THE Covid-19 pandemic was an unexpected twist of fate. While some saw it as a downside, for others, it was an opportunity and new beginnings.
Christian John Salang Capirig woke up on November 26 with unexpected news -- he ranked 10th in the November 2020 physician licensure examination, making him the only Mindanawon in the top 10.
As a first-time taker, he did not expect to top the exam, considering the challenges he went through while preparing for it. Capirig said working in the medical field was a long-desired path.
"One reason [for wanting it for a long time now] is I wanted to serve the people. As a physician, it is a huge role that you get to serve the people who you do not know but who entrusted their lives to you," he said.
He said being a medical doctor is a noble profession, considering that his family also has a history of cardiovascular-related conditions.
He shared how his grandmother had been going in and out of hospitals. As a kid, he was already exposed to the hardships of having a sick family member, wherein he personally saw how the medical profession works and, eventually, influenced him to take the path.
Capirig finished his BS in Biology at the Ateneo de Davao University in 2014 and immediately proceeded to study medicine at the Davao Medical School Foundation and graduated in 2019.
It was years of studying and practicing for him. While he said he had loved his scholastic days, he admitted to getting envious of his fellow batchmates, who are now enjoying their career after finishing their four-year courses.
"I saw some of my batchmates in high school who are now enjoying their earnings and traveling. While me, I'm still stuck here, finishing my second course. There was a time that I even questioned my decision of proceeding," he said.
Instead of feeling unmotivated, he turned his attention to his goal and finished what he already started.
After graduating, he had his postgraduate internship at the Southern Philippines Medical Center until it was cut short in March when the city started imposing the community quarantine. Making use of his free time, he started reviewing for the board exam during the lockdown.
"I took that time to review since everyone was mandated to stay home. With my friends, we devised a way for us to not waste time. We have our review sessions," Capirig said.
The exam, which was supposed to be in September, was moved to November.
While he said it gave him more time to review, he admitted it was also not easy.
Being the youngest of three children and the only child left in the country, he also had to do his part in the family since both of his parents belonged to the vulnerable sector.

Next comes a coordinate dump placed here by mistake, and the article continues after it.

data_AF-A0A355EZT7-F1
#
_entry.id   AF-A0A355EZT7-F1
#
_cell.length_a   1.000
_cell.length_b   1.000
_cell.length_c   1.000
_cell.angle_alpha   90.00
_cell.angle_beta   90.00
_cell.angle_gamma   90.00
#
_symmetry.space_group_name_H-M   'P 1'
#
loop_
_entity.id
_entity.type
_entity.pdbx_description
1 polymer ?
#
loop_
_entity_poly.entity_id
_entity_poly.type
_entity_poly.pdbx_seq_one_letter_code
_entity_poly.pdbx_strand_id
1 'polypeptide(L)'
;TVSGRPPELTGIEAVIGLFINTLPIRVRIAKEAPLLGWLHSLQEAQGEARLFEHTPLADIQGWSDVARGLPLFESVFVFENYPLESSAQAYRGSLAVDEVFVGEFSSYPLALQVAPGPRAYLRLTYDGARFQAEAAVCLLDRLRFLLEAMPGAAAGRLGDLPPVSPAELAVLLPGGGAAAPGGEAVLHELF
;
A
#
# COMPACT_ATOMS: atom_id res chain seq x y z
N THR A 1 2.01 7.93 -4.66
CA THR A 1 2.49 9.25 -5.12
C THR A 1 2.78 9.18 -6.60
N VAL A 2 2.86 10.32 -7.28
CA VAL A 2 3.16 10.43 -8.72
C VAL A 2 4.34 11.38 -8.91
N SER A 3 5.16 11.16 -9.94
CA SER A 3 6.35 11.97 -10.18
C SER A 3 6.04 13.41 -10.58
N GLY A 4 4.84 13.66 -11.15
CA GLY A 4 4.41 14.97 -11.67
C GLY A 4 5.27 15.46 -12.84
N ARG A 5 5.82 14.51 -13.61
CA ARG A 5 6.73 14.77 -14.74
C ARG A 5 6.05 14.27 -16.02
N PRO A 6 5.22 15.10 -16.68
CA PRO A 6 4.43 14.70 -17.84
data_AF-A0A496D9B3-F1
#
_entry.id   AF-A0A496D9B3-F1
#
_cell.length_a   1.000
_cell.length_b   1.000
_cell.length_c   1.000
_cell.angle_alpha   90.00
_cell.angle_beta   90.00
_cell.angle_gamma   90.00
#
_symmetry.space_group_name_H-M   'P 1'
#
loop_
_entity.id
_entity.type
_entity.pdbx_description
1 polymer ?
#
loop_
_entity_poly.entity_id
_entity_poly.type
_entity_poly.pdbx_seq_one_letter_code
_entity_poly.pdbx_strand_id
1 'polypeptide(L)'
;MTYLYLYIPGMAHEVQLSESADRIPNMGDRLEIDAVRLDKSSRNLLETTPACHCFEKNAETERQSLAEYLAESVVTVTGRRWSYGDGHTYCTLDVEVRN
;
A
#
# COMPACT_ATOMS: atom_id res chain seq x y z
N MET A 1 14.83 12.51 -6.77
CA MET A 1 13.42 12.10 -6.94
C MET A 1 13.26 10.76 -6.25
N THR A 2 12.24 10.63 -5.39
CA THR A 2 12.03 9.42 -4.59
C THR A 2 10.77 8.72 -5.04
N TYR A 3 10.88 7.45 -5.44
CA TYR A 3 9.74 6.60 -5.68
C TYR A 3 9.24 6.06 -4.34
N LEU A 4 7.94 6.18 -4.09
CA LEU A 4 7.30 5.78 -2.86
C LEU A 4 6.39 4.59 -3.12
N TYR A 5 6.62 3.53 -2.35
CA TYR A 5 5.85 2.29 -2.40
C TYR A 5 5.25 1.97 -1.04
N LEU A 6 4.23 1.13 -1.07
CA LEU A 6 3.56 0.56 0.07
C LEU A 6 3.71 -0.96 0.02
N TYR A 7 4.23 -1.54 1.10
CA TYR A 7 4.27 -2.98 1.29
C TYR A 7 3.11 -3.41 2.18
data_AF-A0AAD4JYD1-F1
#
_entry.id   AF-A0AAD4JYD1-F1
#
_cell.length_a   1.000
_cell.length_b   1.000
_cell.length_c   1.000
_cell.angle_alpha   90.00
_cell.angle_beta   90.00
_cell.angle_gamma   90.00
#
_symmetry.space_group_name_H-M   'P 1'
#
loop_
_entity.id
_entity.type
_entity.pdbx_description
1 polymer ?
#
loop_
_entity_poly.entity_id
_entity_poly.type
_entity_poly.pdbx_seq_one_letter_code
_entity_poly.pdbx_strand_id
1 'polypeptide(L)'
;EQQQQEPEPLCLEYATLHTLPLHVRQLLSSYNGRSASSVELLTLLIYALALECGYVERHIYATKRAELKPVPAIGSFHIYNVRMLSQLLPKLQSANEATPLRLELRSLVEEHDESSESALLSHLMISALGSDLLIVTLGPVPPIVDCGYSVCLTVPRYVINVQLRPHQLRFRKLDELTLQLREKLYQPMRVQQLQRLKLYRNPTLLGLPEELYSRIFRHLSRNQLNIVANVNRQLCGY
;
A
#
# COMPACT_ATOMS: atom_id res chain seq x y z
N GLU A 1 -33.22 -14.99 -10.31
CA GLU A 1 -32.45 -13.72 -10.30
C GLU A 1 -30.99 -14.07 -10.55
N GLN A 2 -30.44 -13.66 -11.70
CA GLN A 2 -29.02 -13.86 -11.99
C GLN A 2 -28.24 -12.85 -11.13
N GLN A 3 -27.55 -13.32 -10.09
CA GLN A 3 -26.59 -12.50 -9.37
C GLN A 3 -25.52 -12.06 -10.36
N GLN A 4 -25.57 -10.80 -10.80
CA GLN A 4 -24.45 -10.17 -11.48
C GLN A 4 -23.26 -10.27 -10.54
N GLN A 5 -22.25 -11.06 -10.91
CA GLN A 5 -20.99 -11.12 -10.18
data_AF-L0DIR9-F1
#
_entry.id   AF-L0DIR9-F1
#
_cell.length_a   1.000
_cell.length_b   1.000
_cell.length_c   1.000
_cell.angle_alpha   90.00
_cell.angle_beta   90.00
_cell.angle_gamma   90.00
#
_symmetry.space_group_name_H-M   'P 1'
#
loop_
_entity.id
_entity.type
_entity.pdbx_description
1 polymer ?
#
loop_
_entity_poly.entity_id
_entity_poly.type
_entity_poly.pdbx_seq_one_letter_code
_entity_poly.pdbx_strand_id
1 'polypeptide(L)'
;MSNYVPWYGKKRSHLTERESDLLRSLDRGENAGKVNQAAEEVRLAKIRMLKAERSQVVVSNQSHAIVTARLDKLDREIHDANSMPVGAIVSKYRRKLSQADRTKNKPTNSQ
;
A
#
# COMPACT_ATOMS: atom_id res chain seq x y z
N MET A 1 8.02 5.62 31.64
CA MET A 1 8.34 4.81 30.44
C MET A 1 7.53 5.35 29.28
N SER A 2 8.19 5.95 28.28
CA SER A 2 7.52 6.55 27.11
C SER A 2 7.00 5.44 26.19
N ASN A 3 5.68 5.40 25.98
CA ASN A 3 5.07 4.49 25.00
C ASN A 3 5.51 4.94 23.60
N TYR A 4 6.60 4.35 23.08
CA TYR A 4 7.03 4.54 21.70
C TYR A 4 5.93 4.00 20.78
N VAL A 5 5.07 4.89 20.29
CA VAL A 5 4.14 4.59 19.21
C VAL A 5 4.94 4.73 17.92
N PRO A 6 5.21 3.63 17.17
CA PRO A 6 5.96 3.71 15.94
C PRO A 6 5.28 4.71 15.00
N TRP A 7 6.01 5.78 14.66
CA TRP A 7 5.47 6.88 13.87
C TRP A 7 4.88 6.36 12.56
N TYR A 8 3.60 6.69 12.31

"I also had to do some errands because my parents cannot go out as it is too risky for them. At the same, it even boosted me to do more for them," he said.
The night before the last day of their four-day licensure exam, his mother was rushed to the hospital because of high blood pressure. Since his father is not allowed to go out, Christian was there beside his mother, taking care of her.
"Some of those who took the test were busy cramming on the last day. I was there beside my mom. I did not even think of the examination during that time. Yes, I have prepared for this test for a long time. But you know, my mom's life is way more important than any licensure test. It can wait," Capirig said.
Fortunately, his mother became stable and Capirig was able to take the test despite being exhausted the night before. True enough, his efforts and sacrifice bore fruit.
Now that he is a full-fledged medical doctor, he is eyeing to serve as a rural physician. He is also thinking of serving as a medical frontliner to help respond against Covid-19.
"During our review, I told my classmates we need to strive hard since we are needed at this time. At least we could serve in our little ways, considering that we are fresh doctors," he said.
"We understand how burdened our healthcare system is right now, added with the discriminations they are facing. We are willing to be of service, in case there will be an offer," he added.
To those who desire to achieve something, he said one must set their goals and ask for guidance. One must also what they are doing. When failure strikes, "learn from your mistakes. Take it as a natural phenomenon."
With the challenges that people are facing now, he urged people to find hope and to find it in them to do something more for others.